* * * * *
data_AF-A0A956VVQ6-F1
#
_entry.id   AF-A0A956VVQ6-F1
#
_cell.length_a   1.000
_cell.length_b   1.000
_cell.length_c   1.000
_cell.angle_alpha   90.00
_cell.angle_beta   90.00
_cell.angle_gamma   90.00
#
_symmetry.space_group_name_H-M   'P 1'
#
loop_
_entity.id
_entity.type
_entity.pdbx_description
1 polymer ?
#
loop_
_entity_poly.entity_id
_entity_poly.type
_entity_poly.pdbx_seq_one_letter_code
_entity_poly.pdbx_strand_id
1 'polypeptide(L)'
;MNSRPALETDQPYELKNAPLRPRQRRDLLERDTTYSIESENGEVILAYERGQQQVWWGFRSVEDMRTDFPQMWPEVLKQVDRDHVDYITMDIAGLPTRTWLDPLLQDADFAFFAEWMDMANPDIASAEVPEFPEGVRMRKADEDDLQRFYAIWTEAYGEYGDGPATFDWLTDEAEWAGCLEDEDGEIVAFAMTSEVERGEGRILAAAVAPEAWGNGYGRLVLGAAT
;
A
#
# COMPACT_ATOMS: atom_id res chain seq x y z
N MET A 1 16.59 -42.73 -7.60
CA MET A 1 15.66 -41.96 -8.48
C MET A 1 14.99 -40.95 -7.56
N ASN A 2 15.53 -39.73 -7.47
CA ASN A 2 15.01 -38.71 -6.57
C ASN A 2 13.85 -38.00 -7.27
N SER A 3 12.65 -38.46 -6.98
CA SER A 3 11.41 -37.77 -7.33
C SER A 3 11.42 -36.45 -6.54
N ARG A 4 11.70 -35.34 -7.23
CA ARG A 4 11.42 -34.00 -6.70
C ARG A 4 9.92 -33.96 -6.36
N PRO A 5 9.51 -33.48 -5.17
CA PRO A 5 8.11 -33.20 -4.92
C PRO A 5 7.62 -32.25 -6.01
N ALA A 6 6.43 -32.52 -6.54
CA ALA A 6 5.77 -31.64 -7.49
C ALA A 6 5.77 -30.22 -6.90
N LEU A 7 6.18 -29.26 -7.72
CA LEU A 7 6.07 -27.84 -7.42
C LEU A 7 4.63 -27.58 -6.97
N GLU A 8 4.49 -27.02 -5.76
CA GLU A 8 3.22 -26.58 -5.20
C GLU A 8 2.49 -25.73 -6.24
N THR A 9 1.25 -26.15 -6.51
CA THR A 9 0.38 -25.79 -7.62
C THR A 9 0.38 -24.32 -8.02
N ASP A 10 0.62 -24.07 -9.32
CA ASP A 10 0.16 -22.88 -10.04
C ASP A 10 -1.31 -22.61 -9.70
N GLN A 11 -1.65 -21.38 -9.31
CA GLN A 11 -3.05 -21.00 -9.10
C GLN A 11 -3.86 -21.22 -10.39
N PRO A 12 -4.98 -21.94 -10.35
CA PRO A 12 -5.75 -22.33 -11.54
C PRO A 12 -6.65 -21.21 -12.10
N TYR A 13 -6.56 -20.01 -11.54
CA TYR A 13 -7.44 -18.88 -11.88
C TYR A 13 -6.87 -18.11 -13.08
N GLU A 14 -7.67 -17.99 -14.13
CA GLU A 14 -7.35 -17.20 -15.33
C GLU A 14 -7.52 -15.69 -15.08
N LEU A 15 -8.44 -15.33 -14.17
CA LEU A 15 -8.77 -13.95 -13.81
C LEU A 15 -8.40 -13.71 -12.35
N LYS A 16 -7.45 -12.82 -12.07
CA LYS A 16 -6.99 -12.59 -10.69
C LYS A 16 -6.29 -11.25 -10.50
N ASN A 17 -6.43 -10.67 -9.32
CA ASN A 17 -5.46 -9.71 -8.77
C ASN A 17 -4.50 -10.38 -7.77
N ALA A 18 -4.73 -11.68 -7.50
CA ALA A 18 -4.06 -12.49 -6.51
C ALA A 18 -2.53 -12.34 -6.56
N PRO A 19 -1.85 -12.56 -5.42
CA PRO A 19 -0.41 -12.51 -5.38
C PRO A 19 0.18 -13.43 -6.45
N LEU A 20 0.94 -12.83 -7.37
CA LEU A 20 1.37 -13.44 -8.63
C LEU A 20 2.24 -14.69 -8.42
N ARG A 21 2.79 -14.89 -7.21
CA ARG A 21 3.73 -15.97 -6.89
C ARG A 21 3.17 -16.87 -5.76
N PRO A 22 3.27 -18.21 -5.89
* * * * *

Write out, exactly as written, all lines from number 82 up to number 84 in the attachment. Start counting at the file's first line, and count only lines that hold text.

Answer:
N ALA A 18 -4.73 -11.68 -7.50
CA ALA A 18 -4.06 -12.49 -6.51
C ALA A 18 -2.53 -12.34 -6.56